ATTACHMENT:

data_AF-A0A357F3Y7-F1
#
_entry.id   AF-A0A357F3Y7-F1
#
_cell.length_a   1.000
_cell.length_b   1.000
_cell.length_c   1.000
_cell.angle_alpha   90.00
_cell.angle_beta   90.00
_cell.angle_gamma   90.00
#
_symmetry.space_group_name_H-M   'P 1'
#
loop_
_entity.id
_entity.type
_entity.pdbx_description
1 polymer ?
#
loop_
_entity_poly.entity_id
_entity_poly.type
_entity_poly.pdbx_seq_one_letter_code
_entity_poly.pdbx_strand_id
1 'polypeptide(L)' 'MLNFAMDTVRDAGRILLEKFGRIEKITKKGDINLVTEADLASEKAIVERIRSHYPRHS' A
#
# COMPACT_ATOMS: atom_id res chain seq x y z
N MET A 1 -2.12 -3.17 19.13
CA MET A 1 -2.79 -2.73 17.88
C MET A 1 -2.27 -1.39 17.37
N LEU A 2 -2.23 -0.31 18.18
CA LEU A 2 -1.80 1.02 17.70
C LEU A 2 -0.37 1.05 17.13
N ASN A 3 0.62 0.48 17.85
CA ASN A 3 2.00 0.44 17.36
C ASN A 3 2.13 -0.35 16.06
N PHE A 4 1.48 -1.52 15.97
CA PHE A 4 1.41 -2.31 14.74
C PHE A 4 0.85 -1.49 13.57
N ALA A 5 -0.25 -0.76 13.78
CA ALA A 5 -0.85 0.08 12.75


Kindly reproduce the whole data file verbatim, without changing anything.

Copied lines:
data_AF-A0A357F3Y7-F1
#
_entry.id   AF-A0A357F3Y7-F1
#
_cell.length_a   1.000
_cell.length_b   1.000
_cell.length_c   1.000
_cell.angle_alpha   90.00
_cell.angle_beta   90.00
_cell.angle_gamma   90.00
#
_symmetry.space_group_name_H-M   'P 1'
#
loop_
_entity.id
_entity.type
_entity.pdbx_description
1 polymer ?
#
loop_
_entity_poly.entity_id
_entity_poly.type
_entity_poly.pdbx_seq_one_letter_code
_entity_poly.pdbx_strand_id
1 'polypeptide(L)' 'MLNFAMDTVRDAGRILLEKFGRIEKITKKGDINLVTEADLASEKAIVERIRSHYPRHS' A
#
# COMPACT_ATOMS: atom_id res chain seq x y z
N MET A 1 -2.12 -3.17 19.13
CA MET A 1 -2.79 -2.73 17.88
C MET A 1 -2.27 -1.39 17.37
N LEU A 2 -2.23 -0.31 18.18
CA LEU A 2 -1.80 1.02 17.70
C LEU A 2 -0.37 1.05 17.13
N ASN A 3 0.62 0.48 17.85
CA ASN A 3 2.00 0.44 17.36
C ASN A 3 2.13 -0.35 16.06
N PHE A 4 1.48 -1.52 15.97
CA PHE A 4 1.41 -2.31 14.74
C PHE A 4 0.85 -1.49 13.57
N ALA A 5 -0.25 -0.76 13.78
CA ALA A 5 -0.85 0.08 12.75